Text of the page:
This is a portion of Hew Strachan’s larger series on the First World War. This part is strictly dealing with the battles for control of Germany’s African colonies. Togo, Cameroons, South-West Africa and German East Africa (Tanzania) were all conquered by the British and French by the end of the war in Europe.
Though the British fought Togo and Cameroons with mostly African troops, South-West and German East Africa were fought with combinations of South Africans (mostly Boers) and East Indians. It wasn’t until the last two years of the war that the fighting was Africanized using South African Officers.
The greatest story of all these minor wars was the way Paul Lettow-Vorbeck who was in command of the German troops in East Africa, was able to stay on the run for the whole war and only surrendered after the Armistice in November 1918. Though Lettow never fought a truly guerilla war, he did pit his undermanned command of 3,000 whites and 7-10,000 Askaris (African troops) against twenty five thousand South Africans and 30,000 indigenous troops.
As much as Strachan derides Lettow’s accomplishments (he kept an army in the field for over 4 years), Lettow was well respected by his contemporaries. One of the failures of the British was the used of Indian conscripts who never acclimated to Africa and mounted South African troops. During the war the British lost twice as many troops to disease (6K+) as they did to casualties (3K+). The Indians were very susceptible to malaria, and the South African horses to the tsetse flies.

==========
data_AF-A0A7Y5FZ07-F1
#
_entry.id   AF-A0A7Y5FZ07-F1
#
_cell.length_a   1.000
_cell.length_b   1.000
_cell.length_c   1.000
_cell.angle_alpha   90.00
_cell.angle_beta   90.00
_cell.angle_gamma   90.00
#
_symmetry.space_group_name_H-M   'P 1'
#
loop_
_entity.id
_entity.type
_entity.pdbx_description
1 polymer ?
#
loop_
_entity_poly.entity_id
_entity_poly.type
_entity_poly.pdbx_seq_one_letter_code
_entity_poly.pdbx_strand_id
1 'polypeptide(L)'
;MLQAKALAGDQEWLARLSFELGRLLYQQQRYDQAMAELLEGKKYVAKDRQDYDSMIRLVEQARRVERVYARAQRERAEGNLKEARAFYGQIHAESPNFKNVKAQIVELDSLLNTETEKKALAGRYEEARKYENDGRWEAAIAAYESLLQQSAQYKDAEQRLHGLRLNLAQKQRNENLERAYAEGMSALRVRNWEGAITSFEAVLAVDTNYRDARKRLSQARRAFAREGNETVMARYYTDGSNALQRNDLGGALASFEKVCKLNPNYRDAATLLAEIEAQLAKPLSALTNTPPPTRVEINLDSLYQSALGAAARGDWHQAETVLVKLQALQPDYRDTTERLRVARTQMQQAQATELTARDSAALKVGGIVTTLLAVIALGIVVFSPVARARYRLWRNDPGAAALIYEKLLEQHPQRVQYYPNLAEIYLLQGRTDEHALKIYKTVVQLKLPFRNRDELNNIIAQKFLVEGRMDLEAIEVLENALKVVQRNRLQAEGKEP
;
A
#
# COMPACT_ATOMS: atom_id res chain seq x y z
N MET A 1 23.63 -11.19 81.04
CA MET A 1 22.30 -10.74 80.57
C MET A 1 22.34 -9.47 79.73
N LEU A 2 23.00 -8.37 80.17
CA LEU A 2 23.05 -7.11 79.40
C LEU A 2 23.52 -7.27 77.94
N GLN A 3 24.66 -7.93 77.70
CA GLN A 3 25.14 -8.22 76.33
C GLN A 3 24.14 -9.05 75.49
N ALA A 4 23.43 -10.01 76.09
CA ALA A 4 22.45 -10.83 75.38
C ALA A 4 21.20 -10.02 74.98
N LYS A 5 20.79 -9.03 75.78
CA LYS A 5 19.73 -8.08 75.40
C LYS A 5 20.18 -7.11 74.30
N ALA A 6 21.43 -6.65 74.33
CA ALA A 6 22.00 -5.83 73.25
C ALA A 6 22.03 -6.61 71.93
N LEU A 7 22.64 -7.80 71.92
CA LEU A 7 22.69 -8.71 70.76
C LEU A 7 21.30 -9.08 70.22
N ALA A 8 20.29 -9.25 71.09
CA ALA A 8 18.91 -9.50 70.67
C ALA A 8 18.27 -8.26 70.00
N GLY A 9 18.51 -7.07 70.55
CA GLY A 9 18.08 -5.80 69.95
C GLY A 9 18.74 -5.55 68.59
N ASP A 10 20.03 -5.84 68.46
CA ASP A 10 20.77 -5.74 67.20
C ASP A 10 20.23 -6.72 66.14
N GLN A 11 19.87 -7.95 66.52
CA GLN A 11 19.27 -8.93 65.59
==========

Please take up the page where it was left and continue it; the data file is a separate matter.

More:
Whereas Lettow used only local bearers and his own soldiers to carry material, the British were dependent on conscripted bearers. In the climate of parts of East Africa, many bearers died from disease and starvation. At one point the British had ‘wastage’ (Strachan’s word for death) of 90% of 20,000 bearers that they were using. Lettow had a large contingent of officers and NCOs whereas the British were using subalterns and other untried officers.
Lettow forced the British to follow him all across East Africa and at the end of war though a large part of Mozambique. This strategy allowed him to live off the land but by the time the British came through he had stripped the area of food. The British were forced to use bearers to carry food, but for long marches, the bearers had to carry their own food too, leaving only 40% of the food for the soldiers.
Strachan has the true British attitude to the non-white troops and bearers. He talks about how the Indians were poorly trained and led and then complains that they were ineffectual. He cavalierly throws out the number of 100K African bearers who died during the war from starvation and disease. This ‘wastage’ was just the ‘cost’ of fighting the war, but may explain why Lettow was well treated by the ‘locals’.
This is a very well documented description of the people and personalities involved (except the Africans) but is very British biased.